‘Cutting edge’ risks face workers in beauty salons, barbershops

‘Cutting edge’ risks face workers in beauty salons, barbershops | Insurance Business

‘Cutting edge’ risks face workers in beauty salons, barbershops

When we get our hair cut, we rarely think about the activities of beauty salons and barbershops posing a significant risk to their employees. Nonetheless, the environment in which barbers and hair stylists work presents key risks that can result in a high frequency of claims.

Notably, the slicing and styling of manes can expose workers to injuries.

“They have scissors and razors, and those scissors are incredibly sharp. A good pair of scissors can run $800 to $1,000 and those things can definitely nick you,” said Matt Zender, AmTrust Financial Services‘ senior vice president of workers’ compensation strategy. “There’s also some chemical exposures and you’re involving heat exposures due to hot styling tools that can cause injuries as well.”

Among this list, the use of chemicals in salons in particular made headlines several years ago, though today AmTrust sees few claims resulting from this risk.

“The industry has worked hard to remove formaldehyde specifically from some of the treatments that were being done,” explained Zender. “There were some controversies a few years ago about that so most of the products are actually found to now be formaldehyde free. There are still some [claims though] and when we do see them they tend to be larger, so paying attention to chemicals that are used by stylists is important. You want to think about irritations to the nose, eyes, throat, skin, and especially the respiratory system.”

Wet floors, repetitive motions, and standing for longer periods of time can likewise impact employees working in these establishments.

Read more: The right workplace safety program does far more than reduce workers’ comp claims

However, if workers are injured, the demographics of a salon’s workforce can play to its advantage in minimizing time spent out of work.

“From an age perspective, that tends to work in their favor because, on average, the stylists tend to be younger,” said Zender. “It’s a profession that has probably an easier point of entry than some other professions in terms of getting licensed and trained, so there tends to be a younger demographic and that mean that when they are injured, whether it’s due to repetitive motion or a frequency-type claim, they have the ability to bounce back from that quicker.”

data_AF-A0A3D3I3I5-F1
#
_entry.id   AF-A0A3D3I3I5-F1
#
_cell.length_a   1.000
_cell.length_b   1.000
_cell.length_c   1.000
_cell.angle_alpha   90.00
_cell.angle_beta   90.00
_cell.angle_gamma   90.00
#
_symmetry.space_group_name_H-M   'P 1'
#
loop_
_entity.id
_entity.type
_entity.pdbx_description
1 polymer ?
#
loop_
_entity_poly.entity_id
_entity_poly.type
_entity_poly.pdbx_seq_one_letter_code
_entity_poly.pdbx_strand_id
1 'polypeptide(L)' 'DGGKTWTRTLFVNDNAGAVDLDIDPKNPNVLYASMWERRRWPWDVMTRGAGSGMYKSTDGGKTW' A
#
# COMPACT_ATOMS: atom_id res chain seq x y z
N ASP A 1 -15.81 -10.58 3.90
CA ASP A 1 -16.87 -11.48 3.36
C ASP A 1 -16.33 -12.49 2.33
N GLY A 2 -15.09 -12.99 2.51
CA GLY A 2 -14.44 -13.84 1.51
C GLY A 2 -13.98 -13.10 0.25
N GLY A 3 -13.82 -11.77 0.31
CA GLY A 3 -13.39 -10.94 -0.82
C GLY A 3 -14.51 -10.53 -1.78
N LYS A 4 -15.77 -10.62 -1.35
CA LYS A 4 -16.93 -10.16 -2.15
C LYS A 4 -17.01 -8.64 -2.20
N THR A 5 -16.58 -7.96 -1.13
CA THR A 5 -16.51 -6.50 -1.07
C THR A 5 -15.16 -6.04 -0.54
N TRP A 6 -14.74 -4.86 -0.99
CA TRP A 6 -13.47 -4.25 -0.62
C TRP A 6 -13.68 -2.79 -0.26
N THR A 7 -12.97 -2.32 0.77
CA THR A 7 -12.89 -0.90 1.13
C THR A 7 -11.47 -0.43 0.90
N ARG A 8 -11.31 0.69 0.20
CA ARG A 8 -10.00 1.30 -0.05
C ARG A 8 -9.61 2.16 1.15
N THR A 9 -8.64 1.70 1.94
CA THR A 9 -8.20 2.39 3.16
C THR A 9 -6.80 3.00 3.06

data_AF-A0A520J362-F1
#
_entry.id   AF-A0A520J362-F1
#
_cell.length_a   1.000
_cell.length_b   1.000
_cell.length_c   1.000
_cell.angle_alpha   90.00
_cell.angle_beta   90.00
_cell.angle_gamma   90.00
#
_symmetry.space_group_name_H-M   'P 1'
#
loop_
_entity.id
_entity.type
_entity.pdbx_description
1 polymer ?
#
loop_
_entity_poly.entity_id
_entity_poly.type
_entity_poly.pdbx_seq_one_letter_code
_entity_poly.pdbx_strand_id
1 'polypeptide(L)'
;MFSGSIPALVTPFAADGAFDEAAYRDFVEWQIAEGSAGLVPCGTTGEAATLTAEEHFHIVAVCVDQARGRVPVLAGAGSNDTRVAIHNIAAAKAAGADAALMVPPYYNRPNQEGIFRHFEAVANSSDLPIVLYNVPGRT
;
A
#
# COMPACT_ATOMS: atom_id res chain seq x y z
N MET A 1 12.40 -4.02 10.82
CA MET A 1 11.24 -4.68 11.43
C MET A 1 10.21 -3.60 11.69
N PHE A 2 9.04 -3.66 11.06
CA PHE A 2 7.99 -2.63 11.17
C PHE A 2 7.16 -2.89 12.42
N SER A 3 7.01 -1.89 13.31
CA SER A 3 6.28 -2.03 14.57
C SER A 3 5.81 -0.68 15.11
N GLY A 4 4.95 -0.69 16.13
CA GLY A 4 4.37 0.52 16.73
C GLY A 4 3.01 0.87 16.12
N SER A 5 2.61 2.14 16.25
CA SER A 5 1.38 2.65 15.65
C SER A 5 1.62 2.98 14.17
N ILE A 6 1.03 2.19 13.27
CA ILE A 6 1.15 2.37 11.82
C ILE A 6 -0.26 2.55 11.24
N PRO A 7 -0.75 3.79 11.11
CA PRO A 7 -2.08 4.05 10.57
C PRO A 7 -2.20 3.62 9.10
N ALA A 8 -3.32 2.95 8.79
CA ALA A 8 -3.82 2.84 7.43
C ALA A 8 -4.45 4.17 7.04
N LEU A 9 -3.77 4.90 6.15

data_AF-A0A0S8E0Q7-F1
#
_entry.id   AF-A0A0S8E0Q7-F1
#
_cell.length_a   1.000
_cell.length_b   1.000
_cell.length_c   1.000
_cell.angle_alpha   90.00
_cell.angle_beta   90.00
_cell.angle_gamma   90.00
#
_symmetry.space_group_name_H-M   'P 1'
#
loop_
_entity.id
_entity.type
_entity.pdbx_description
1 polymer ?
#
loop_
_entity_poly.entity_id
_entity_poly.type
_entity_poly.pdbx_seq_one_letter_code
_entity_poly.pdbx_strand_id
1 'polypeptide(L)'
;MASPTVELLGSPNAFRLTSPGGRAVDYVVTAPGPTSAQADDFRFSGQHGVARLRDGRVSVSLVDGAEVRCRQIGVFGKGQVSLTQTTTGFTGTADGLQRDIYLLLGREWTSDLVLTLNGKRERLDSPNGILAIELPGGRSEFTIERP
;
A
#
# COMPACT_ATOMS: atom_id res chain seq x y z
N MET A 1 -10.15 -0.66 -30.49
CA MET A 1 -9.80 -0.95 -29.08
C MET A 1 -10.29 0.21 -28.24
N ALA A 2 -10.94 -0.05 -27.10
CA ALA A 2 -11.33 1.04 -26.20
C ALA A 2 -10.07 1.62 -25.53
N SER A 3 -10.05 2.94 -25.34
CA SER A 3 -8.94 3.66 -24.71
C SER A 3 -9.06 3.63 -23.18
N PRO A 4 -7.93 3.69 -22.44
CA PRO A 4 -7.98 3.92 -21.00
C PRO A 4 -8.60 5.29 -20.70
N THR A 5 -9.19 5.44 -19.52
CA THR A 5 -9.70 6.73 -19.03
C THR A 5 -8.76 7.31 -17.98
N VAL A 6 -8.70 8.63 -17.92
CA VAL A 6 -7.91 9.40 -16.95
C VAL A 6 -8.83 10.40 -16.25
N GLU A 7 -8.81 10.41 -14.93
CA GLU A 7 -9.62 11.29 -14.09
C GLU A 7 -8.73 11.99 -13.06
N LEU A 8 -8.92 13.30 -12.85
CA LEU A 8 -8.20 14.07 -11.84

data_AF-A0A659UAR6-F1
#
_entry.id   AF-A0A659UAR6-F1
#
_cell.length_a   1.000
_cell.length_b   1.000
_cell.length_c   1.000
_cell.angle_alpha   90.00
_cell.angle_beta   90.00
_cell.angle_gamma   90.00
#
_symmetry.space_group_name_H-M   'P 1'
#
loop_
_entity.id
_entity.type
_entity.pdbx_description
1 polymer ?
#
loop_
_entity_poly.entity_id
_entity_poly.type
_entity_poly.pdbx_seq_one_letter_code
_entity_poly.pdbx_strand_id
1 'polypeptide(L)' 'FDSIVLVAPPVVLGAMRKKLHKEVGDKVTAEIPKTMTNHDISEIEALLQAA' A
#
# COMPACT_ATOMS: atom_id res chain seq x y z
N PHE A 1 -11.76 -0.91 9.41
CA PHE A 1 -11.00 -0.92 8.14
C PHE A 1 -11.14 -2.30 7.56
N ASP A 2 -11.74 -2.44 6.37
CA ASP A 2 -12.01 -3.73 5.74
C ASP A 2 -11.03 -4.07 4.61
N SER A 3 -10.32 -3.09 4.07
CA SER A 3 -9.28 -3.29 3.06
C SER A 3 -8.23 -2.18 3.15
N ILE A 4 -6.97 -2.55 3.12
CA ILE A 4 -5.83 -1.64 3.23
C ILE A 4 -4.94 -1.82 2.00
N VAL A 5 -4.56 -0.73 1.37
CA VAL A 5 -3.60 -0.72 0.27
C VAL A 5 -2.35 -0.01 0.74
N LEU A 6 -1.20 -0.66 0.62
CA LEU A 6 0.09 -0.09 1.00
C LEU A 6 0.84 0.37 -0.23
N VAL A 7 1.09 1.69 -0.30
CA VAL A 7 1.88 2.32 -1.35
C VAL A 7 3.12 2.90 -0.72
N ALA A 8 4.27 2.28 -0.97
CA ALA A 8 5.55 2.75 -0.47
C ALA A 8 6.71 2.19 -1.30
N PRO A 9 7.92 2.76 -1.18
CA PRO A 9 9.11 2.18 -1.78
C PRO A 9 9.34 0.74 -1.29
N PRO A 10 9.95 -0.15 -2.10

The turnover in staff, on the other hand, is one issue that can stand in the way of ensuring that employees are trained properly since many of the stylists carry their own clientele with them from salon to salon, so they don’t think too much about moving to a new employer. Meanwhile, the implementation of safety training for employees is already varied from business to business.

“It’s one of the industries where the quality of training varies probably more than just about anywhere else. We’ve seen some instances where the training has been quite good and quite frequent, disciplined and meaningful, and we’ve seen some where it’s completely non-existent,” said Zender. “Some of that tends to be correlated to the nature of the operation, not necessarily the quality of the operation. I’ve seen good salons where any of us would happily be attended to that don’t pay a lot of attention to that, perhaps because they tend to think of their stylists more as independent contractors, whether they are or aren’t.”

The AmTrust website offers a number of safety resources for beauty salons and barbershops to help keep their employees up to speed on how to avoid injuries.

“This is one area that we are very interested in building out so if anybody is looking for something specific that they don’t see, please contact us and we may be able to create something specific for them,” said Zender. “We have a broad appetite when it comes to these [businesses] – we write an awful lot of them and we’d like to write more.”